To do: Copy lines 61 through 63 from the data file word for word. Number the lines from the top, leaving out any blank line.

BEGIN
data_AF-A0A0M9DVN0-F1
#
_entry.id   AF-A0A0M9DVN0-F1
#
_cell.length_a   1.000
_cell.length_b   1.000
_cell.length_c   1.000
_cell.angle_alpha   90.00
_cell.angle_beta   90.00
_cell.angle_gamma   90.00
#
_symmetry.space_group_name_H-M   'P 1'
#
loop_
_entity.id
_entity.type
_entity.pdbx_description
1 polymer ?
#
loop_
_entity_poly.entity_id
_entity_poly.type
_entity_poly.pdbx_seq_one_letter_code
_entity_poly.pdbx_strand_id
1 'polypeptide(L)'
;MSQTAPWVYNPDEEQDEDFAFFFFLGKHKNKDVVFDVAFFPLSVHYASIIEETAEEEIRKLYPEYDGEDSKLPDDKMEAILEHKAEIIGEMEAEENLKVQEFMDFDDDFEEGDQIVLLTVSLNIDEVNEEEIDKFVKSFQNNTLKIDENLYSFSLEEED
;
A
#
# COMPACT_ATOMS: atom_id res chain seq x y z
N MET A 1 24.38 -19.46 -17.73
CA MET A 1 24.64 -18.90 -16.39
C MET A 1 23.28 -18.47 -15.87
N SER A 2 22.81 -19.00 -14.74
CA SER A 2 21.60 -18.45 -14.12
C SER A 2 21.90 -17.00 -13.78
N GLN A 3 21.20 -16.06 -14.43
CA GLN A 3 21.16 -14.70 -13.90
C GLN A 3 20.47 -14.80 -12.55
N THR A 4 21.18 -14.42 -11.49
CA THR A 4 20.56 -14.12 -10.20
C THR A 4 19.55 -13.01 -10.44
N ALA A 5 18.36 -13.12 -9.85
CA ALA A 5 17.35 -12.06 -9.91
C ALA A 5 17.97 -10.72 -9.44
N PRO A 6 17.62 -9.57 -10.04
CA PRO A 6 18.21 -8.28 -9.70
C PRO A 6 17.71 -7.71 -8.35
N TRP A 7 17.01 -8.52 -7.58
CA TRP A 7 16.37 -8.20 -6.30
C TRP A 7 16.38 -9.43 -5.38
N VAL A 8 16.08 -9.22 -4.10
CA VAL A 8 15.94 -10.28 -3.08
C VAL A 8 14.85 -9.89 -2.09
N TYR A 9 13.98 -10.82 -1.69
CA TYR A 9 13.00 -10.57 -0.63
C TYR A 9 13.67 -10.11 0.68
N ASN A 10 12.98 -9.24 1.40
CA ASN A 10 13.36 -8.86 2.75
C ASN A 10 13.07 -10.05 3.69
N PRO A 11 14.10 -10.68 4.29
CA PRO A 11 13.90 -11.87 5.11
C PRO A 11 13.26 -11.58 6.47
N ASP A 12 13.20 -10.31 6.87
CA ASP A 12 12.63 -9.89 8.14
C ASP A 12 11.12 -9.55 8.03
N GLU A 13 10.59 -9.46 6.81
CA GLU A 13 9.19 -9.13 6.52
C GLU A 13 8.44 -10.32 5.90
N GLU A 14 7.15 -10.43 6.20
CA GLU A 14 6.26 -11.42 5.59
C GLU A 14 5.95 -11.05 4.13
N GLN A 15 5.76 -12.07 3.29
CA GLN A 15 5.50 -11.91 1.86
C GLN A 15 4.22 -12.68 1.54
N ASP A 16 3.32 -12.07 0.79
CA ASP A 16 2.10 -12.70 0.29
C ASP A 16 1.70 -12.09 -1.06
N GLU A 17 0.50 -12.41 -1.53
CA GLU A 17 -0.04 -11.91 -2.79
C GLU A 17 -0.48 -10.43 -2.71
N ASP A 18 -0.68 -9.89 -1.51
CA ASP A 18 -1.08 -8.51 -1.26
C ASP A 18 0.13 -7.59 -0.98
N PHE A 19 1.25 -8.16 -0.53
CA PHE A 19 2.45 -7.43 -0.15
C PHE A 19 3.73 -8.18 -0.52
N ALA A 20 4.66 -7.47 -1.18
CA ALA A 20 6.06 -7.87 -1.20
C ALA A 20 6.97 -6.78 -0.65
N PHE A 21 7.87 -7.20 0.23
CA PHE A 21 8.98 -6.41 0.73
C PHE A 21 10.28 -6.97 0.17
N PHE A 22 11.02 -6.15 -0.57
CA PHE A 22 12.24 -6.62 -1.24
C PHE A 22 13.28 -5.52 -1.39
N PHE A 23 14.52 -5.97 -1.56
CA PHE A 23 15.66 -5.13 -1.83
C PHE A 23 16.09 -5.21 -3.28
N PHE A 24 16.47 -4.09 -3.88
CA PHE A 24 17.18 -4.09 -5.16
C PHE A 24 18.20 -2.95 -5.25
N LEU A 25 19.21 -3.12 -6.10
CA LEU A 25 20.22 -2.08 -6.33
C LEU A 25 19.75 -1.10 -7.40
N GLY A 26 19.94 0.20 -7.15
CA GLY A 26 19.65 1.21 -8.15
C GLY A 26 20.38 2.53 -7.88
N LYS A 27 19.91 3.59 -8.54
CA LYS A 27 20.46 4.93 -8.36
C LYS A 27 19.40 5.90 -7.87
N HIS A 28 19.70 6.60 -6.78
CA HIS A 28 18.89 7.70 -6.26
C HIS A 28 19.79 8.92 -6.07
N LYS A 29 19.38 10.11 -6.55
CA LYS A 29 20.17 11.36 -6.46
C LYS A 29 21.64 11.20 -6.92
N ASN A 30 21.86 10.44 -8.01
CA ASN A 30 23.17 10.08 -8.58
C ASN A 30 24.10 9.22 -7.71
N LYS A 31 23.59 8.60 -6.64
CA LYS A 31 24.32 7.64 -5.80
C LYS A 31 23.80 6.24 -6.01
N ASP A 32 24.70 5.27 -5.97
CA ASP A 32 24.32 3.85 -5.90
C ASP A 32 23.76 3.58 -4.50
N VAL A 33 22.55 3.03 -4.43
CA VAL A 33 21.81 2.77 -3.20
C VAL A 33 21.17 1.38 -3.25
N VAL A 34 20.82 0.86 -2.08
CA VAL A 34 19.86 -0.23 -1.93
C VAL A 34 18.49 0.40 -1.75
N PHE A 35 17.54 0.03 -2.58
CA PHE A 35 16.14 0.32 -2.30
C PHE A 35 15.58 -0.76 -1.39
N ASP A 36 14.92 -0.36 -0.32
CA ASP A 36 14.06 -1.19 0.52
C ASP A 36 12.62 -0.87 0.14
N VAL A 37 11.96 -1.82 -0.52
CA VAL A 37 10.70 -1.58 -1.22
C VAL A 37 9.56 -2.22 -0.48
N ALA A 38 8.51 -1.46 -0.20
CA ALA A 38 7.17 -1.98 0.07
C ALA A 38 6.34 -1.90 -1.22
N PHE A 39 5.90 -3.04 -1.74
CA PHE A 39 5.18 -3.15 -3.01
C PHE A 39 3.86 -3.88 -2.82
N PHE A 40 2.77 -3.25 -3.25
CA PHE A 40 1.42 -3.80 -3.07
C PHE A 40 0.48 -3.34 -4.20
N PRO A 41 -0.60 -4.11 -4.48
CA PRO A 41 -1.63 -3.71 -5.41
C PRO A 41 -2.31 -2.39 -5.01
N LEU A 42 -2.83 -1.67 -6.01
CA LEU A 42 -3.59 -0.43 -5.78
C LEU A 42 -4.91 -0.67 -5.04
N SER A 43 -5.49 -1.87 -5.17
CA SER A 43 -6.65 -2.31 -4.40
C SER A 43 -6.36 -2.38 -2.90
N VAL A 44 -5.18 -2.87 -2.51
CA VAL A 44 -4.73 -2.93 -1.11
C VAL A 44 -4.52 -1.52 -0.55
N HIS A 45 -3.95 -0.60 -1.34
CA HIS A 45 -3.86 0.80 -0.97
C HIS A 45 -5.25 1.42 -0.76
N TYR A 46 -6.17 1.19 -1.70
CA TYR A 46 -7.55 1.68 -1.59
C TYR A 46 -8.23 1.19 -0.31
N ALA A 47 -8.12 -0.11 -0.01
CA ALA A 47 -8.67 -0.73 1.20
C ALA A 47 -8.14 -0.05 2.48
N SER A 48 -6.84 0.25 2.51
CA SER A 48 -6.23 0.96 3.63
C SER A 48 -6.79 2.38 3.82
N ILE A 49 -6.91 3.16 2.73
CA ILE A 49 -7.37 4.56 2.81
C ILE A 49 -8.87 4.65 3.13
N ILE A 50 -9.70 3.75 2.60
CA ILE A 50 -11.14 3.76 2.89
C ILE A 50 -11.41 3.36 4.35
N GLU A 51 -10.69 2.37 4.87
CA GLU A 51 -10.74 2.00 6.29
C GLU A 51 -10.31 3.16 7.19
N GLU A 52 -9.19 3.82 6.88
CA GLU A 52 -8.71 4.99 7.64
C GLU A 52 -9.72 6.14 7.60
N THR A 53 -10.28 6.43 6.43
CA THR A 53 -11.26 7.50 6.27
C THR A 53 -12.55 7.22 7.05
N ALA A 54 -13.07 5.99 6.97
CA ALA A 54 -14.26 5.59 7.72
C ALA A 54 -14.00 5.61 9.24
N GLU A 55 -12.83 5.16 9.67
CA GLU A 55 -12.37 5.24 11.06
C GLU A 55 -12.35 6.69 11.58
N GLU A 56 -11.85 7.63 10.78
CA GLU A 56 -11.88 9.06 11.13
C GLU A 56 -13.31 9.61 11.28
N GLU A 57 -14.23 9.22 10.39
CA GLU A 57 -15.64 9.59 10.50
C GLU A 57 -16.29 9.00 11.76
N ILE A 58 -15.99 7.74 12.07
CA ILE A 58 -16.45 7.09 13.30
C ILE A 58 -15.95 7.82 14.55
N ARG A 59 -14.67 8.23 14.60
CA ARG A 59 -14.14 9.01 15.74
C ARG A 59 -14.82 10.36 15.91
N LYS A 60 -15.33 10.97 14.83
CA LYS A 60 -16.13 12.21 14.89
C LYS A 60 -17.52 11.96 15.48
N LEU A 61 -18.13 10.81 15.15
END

N PRO A 11 14.10 -10.68 4.29
CA PRO A 11 13.90 -11.87 5.11
C PRO A 11 13.26 -11.58 6.47